Avast have revealed more on the CCleaner hack, that hit the headlines last year.
The company's executive VP and CTO, Ondrej Vlcek, explained took to the stage at RSA to disclose more details, including how the breach was executed, which type of organisations were compromised, and how the hack will affect future mergers and acquisitions.
The company behind CCleaner, Piriform, was breached on March 11. The first machine that was compromised was in Piriform’s London office. Hackers had breached it using stolen credentials to log into a TeamViewer remote desktop account on a developer PC.
From there, they moved laterally, usually after hours, so that nobody would spot them, to install the ShadowPad malware.
Avast acquired Piriform later that year, in June, and during its due diligence it analysed things like financials and intellectual property and legal risks, but did not look for data breaches. After the acquisition, Avast quickly realised that it is looking at a potential disaster. Quickly after the acquisition, hackers started compromising CCleaner.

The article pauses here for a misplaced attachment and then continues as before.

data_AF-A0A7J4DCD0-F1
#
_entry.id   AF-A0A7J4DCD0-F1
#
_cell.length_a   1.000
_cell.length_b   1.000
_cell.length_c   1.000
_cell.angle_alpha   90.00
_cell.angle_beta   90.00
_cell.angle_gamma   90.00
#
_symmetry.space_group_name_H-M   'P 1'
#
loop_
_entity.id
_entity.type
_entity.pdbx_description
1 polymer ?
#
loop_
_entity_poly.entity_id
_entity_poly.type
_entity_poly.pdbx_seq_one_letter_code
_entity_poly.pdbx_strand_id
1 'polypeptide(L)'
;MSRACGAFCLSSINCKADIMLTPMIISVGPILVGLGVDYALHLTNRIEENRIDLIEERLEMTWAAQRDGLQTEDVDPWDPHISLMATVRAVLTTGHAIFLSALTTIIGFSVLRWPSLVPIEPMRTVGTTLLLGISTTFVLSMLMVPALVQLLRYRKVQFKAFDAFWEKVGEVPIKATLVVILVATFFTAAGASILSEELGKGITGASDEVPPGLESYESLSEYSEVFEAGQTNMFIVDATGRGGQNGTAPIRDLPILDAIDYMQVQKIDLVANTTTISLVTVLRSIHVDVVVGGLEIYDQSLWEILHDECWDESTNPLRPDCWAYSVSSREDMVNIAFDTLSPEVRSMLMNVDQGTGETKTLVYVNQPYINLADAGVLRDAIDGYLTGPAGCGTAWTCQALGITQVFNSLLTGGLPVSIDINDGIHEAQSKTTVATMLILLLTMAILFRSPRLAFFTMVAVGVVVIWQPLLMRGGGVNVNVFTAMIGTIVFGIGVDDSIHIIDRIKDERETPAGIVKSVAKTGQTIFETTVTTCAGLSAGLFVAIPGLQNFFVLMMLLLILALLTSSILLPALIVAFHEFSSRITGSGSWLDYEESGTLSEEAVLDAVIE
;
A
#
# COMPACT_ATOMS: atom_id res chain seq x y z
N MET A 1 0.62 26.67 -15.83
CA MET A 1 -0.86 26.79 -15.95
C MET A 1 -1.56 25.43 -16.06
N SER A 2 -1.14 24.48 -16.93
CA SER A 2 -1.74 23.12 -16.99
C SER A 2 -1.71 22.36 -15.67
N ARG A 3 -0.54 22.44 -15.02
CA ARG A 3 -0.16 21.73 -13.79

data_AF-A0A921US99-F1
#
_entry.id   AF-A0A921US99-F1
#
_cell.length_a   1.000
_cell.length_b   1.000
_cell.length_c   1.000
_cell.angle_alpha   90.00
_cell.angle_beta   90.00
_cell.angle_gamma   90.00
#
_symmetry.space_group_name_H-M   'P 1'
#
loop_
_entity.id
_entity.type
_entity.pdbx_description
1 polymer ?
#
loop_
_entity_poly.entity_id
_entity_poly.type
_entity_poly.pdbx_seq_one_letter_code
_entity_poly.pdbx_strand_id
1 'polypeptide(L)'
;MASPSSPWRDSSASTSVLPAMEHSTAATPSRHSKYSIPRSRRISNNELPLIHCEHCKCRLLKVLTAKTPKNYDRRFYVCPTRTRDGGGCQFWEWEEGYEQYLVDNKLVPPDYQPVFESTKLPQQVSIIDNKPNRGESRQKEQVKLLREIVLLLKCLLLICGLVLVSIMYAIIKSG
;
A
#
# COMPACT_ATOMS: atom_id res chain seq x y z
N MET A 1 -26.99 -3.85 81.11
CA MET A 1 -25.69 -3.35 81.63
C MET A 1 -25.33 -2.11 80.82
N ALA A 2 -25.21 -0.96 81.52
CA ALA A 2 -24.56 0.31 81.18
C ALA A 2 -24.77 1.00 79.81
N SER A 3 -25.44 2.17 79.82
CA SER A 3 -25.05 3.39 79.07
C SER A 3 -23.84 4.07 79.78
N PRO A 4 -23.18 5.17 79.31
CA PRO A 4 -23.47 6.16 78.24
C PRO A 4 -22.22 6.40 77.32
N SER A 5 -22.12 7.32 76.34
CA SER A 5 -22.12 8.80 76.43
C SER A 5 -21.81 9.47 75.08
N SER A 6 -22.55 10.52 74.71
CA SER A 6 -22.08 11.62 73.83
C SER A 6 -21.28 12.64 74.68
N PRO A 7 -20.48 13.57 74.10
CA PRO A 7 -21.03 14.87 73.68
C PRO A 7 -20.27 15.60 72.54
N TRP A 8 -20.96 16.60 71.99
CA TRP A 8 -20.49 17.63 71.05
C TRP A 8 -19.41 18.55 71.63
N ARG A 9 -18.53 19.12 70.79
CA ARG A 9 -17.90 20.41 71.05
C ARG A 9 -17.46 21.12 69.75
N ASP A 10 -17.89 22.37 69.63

Avast worked with the FBI to quickly shut down the hackers' command and control centre, but the damage had already been done. The compromised version was downloaded 2.27 million times. However, hackers weren't looking to compromise as many machines as possible – they were looking for specific devices. In just 40 cases, they proceeded to stage 2 – installing the ShadowPod. The companies that were targeted were IT and enterprise targets. A total of 11 companies were infiltrated.
"It’s hard to tell whether the number 40 made the attackers happy or did not make them happy, but I think it was perceived as a pretty successful operation," Vlcek says. "The investment these guys had to make to infiltrate 11 companies I don’t think was very high."
One of the virus samples popped up in an attack on a South Korean university, and one targeted a Russian organisation that works with the Russian finance ministry.
Image source: Shutterstock/alexskopje